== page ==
- Distinguish between defective viruses, satellite viruses, and helper viruses
Virologists also study subviral particles, infectious entities notably smaller and simpler than viruses:
- viroids (naked circular RNA molecules infecting plants)
- satellites (nucleic acid molecules with or without a capsid that require a helper virus for infection and reproduction)
- prions (proteins that can exist in a pathological conformation that induces other prion molecules to assume that same conformation)
Not all viruses can reproduce in a host cell by themselves. Since viruses are so small, the size of their genome is limited. For example, some viruses have coded instructions for only making a few different proteins for the viruses’ capsid. On the other hand, the human genome codes for over 30,000 different proteins. Therefore, the lack of coded instructions causes some viruses to need the presence of other viruses to help them reproduce themselves. Such viruses are called replication defective.
Satellites depend on co-infection of a host cell with a helper virus for productive multiplication. Their nucleic acids have substantially distinct nucleotide sequences from either their helper virus or host. When a satellite subviral agent encodes the coat protein in which it is encapsulated, it is then called a satellite virus. Satellite viral particles should not be confused with satellite DNA.
The hepatitis delta virus of humans has an RNA genome similar to viroids, but has a protein coat derived from hepatitis B virus and cannot produce one of its own. Therefore, it is a defective virus and cannot replicate without the help of hepatitis B virus. In similar manner, the sputnik virophage is dependent on mimivirus, which infects the protozoan Acanthamoeba castellanii. These viruses that are dependent on the presence of other virus species in the host cell are called satellites. They may represent evolutionary intermediates of viroids and viruses.
Hepatitis D, also referred to as hepatitis D virus (HDV) and classified as Hepatitis delta virus, is a disease caused by a small circular enveloped RNA virus. It is one of five known hepatitis viruses: A, B, C, D, and E. HDV is considered to be a subviral satellite because it can only propagate in the presence of the hepatitis B virus (HBV). Transmission of HDV can occur either via simultaneous infection with HBV (coinfection) or superimposed on chronic hepatitis B or hepatitis B carrier state (superinfection). Both superinfection and coinfection with HDV results in more severe complications compared to infection with HBV alone. These complications include a greater likelihood of experiencing liver failure in acute infections and a rapid progression to liver cirrhosis, with an increased chance of developing liver cancer in chronic infections. In combination with hepatitis B virus, hepatitis D has the highest mortality rate of all the hepatitis infections of 20%.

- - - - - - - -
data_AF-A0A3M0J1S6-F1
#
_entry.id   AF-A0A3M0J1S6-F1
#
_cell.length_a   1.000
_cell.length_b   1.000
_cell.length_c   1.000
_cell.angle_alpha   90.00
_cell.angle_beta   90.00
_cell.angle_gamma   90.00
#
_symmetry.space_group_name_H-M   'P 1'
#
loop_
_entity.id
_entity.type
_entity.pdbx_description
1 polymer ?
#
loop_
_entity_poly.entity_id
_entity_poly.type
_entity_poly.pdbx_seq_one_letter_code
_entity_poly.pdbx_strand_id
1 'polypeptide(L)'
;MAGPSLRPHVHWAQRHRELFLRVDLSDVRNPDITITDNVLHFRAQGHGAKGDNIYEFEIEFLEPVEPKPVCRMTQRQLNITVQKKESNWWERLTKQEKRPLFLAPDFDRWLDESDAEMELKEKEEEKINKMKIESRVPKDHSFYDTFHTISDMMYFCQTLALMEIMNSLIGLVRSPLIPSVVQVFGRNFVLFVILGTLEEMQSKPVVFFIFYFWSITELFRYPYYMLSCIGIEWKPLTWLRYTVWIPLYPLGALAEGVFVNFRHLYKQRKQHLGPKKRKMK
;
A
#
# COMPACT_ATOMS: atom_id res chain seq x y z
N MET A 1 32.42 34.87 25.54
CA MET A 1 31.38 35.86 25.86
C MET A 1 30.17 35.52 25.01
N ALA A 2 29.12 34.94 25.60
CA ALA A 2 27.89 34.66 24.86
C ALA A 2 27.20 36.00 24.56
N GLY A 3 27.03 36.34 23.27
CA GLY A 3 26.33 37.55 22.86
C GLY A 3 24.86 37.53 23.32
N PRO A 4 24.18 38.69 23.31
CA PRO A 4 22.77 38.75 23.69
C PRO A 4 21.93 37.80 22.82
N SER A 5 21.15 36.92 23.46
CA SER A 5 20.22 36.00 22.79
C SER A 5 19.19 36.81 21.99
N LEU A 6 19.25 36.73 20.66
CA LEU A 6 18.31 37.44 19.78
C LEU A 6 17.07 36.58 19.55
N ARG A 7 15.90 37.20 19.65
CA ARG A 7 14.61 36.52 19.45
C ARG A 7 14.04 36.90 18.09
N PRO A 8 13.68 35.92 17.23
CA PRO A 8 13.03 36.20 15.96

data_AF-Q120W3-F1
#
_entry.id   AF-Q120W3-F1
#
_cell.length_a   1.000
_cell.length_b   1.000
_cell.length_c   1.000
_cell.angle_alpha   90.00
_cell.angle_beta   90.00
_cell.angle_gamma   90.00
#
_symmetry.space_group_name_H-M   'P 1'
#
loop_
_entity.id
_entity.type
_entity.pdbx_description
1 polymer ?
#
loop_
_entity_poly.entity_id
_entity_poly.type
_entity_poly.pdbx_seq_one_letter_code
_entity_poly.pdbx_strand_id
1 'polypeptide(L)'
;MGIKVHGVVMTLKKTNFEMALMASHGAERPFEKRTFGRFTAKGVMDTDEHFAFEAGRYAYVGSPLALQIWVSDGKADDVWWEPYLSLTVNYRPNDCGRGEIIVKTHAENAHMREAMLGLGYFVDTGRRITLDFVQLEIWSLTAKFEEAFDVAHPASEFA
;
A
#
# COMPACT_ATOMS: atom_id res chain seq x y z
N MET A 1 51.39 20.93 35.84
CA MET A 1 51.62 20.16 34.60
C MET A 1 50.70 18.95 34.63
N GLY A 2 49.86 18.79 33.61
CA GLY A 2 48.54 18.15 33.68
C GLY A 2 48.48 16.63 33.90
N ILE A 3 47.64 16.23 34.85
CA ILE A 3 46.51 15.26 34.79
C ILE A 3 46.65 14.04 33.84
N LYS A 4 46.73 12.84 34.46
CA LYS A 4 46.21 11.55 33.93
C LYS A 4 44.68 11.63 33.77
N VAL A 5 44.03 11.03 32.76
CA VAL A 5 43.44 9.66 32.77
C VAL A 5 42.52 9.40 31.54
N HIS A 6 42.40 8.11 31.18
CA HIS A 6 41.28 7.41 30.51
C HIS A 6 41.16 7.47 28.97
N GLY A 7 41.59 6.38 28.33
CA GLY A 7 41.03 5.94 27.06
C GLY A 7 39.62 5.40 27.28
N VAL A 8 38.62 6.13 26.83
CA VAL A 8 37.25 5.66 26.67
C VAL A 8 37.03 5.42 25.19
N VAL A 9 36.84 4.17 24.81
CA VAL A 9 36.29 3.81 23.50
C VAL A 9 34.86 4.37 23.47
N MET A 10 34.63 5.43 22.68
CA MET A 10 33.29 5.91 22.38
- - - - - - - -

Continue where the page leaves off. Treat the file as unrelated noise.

- Not all viruses can reproduce in a host cell by themselves. Since viruses are so small, the size of their genome is limited. The lack of coded instructions causes some viruses to need the presence of other viruses to help them reproduce themselves. Such viruses are called replication defective.
- A satellite is a subviral agent composed of nucleic acid that depends on the co- infection of a host cell with a helper or master virus for its multiplication. When a satellite encodes the coat protein in which its nucleic acid is encapsidated it is referred to as a satellite virus.
- These viruses that are dependent on the presence of other virus species in the host cell are called satellites and may represent evolutionary intermediates of viroids and viruses.
- Helper virus: A helper virus is a virus used when producing copies of a helper dependent viral vector which does not have the ability to replicate on its own. The helper virus is used to coinfect cells alongside the viral vector and provides the necessary enzymes for replication of the genome of the viral vector.
- Satellite: A subviral agent composed of nucleic acid that depends on the co-infection of a host cell with a helper or master virus for its multiplication.